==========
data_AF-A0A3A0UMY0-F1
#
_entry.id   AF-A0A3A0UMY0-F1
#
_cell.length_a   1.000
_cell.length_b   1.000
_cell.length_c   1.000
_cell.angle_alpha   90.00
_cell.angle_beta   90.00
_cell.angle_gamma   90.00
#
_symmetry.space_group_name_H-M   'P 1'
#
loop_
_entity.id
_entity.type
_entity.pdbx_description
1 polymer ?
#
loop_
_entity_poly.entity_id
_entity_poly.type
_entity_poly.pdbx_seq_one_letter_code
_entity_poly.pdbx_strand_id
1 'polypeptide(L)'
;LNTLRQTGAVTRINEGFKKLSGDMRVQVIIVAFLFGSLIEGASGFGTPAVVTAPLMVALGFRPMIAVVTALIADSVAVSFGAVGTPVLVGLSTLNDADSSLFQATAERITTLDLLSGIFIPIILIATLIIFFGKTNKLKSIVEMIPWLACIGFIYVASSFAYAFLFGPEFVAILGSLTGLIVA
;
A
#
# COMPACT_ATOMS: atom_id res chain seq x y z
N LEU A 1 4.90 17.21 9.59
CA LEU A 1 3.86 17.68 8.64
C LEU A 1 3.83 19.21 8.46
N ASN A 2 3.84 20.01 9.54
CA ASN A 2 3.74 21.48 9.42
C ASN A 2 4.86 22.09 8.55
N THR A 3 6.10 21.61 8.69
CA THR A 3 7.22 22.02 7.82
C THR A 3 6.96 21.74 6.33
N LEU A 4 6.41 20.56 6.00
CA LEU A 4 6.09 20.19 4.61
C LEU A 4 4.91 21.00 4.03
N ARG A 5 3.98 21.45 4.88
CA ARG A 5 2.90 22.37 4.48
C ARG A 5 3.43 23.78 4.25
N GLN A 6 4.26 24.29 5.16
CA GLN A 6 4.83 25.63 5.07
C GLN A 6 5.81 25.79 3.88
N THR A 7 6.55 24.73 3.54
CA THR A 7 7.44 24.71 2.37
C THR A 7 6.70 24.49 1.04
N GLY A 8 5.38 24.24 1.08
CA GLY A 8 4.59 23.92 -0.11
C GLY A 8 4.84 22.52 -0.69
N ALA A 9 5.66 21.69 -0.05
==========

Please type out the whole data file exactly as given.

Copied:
data_AF-A0A3A0UMY0-F1
#
_entry.id   AF-A0A3A0UMY0-F1
#
_cell.length_a   1.000
_cell.length_b   1.000
_cell.length_c   1.000
_cell.angle_alpha   90.00
_cell.angle_beta   90.00
_cell.angle_gamma   90.00
#
_symmetry.space_group_name_H-M   'P 1'
#
loop_
_entity.id
_entity.type
_entity.pdbx_description
1 polymer ?
#
loop_
_entity_poly.entity_id
_entity_poly.type
_entity_poly.pdbx_seq_one_letter_code
_entity_poly.pdbx_strand_id
1 'polypeptide(L)'
;LNTLRQTGAVTRINEGFKKLSGDMRVQVIIVAFLFGSLIEGASGFGTPAVVTAPLMVALGFRPMIAVVTALIADSVAVSFGAVGTPVLVGLSTLNDADSSLFQATAERITTLDLLSGIFIPIILIATLIIFFGKTNKLKSIVEMIPWLACIGFIYVASSFAYAFLFGPEFVAILGSLTGLIVA
;
A
#
# COMPACT_ATOMS: atom_id res chain seq x y z
N LEU A 1 4.90 17.21 9.59
CA LEU A 1 3.86 17.68 8.64
C LEU A 1 3.83 19.21 8.46
N ASN A 2 3.84 20.01 9.54
CA ASN A 2 3.74 21.48 9.42
C ASN A 2 4.86 22.09 8.55
N THR A 3 6.10 21.61 8.69
CA THR A 3 7.22 22.02 7.82
C THR A 3 6.96 21.74 6.33
N LEU A 4 6.41 20.56 6.00
CA LEU A 4 6.09 20.19 4.61
C LEU A 4 4.91 21.00 4.03
N ARG A 5 3.98 21.45 4.88
CA ARG A 5 2.90 22.37 4.48
C ARG A 5 3.43 23.78 4.25
N GLN A 6 4.26 24.29 5.16
CA GLN A 6 4.83 25.63 5.07
C GLN A 6 5.81 25.79 3.88
N THR A 7 6.55 24.73 3.54
CA THR A 7 7.44 24.71 2.37
C THR A 7 6.70 24.49 1.04
N GLY A 8 5.38 24.24 1.08
CA GLY A 8 4.59 23.92 -0.11
C GLY A 8 4.84 22.52 -0.69
N ALA A 9 5.66 21.69 -0.05